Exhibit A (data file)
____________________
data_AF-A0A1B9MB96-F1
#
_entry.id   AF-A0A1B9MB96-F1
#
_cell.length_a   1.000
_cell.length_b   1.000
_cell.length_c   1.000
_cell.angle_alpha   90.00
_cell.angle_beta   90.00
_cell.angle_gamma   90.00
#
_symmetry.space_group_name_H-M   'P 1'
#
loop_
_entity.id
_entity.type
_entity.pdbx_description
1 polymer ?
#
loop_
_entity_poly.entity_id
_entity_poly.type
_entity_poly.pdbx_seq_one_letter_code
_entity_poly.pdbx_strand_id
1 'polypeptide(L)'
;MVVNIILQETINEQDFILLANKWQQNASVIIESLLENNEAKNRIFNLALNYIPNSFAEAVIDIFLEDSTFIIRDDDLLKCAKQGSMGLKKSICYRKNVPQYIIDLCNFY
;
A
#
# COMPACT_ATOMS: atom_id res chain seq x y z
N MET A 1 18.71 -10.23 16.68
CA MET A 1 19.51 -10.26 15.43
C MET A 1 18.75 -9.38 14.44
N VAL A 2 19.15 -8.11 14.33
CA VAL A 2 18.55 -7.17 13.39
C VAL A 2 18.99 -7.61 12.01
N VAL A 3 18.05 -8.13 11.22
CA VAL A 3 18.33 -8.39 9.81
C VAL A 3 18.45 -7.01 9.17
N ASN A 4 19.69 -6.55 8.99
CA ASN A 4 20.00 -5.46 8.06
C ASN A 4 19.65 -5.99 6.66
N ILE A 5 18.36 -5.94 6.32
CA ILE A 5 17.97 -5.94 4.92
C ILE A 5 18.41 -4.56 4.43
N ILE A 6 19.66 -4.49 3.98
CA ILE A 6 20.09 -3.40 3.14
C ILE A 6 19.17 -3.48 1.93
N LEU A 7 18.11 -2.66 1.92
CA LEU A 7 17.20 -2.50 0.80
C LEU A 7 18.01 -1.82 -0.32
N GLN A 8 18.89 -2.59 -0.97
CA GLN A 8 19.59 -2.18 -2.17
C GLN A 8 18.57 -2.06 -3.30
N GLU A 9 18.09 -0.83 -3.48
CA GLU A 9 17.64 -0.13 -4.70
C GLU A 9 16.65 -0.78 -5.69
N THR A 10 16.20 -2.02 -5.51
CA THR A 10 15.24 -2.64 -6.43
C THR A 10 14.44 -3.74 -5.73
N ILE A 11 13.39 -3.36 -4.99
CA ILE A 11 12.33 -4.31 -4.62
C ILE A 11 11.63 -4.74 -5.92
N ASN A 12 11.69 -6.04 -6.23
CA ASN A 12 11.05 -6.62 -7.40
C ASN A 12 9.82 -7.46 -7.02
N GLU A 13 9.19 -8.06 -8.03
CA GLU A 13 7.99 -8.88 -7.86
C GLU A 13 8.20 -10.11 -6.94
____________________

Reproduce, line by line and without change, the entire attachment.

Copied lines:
data_AF-A0A1B9MB96-F1
#
_entry.id   AF-A0A1B9MB96-F1
#
_cell.length_a   1.000
_cell.length_b   1.000
_cell.length_c   1.000
_cell.angle_alpha   90.00
_cell.angle_beta   90.00
_cell.angle_gamma   90.00
#
_symmetry.space_group_name_H-M   'P 1'
#
loop_
_entity.id
_entity.type
_entity.pdbx_description
1 polymer ?
#
loop_
_entity_poly.entity_id
_entity_poly.type
_entity_poly.pdbx_seq_one_letter_code
_entity_poly.pdbx_strand_id
1 'polypeptide(L)'
;MVVNIILQETINEQDFILLANKWQQNASVIIESLLENNEAKNRIFNLALNYIPNSFAEAVIDIFLEDSTFIIRDDDLLKCAKQGSMGLKKSICYRKNVPQYIIDLCNFY
;
A
#
# COMPACT_ATOMS: atom_id res chain seq x y z
N MET A 1 18.71 -10.23 16.68
CA MET A 1 19.51 -10.26 15.43
C MET A 1 18.75 -9.38 14.44
N VAL A 2 19.15 -8.11 14.33
CA VAL A 2 18.55 -7.17 13.39
C VAL A 2 18.99 -7.61 12.01
N VAL A 3 18.05 -8.13 11.22
CA VAL A 3 18.33 -8.39 9.81
C VAL A 3 18.45 -7.01 9.17
N ASN A 4 19.69 -6.55 8.99
CA ASN A 4 20.00 -5.46 8.06
C ASN A 4 19.65 -5.99 6.66
N ILE A 5 18.36 -5.94 6.32
CA ILE A 5 17.97 -5.94 4.92
C ILE A 5 18.41 -4.56 4.43
N ILE A 6 19.66 -4.49 3.98
CA ILE A 6 20.09 -3.40 3.14
C ILE A 6 19.17 -3.48 1.93
N LEU A 7 18.11 -2.66 1.92
CA LEU A 7 17.20 -2.50 0.80
C LEU A 7 18.01 -1.82 -0.32
N GLN A 8 18.89 -2.59 -0.97
CA GLN A 8 19.59 -2.18 -2.17
C GLN A 8 18.57 -2.06 -3.30
N GLU A 9 18.09 -0.83 -3.48
CA GLU A 9 17.64 -0.13 -4.70
C GLU A 9 16.65 -0.78 -5.69
N THR A 10 16.20 -2.02 -5.51
CA THR A 10 15.24 -2.64 -6.43
C THR A 10 14.44 -3.74 -5.73
N ILE A 11 13.39 -3.36 -4.99
CA ILE A 11 12.33 -4.31 -4.62
C ILE A 11 11.63 -4.74 -5.92
N ASN A 12 11.69 -6.04 -6.23
CA ASN A 12 11.05 -6.62 -7.40
C ASN A 12 9.82 -7.46 -7.02
N GLU A 13 9.19 -8.06 -8.03
CA GLU A 13 7.99 -8.88 -7.86
C GLU A 13 8.20 -10.11 -6.94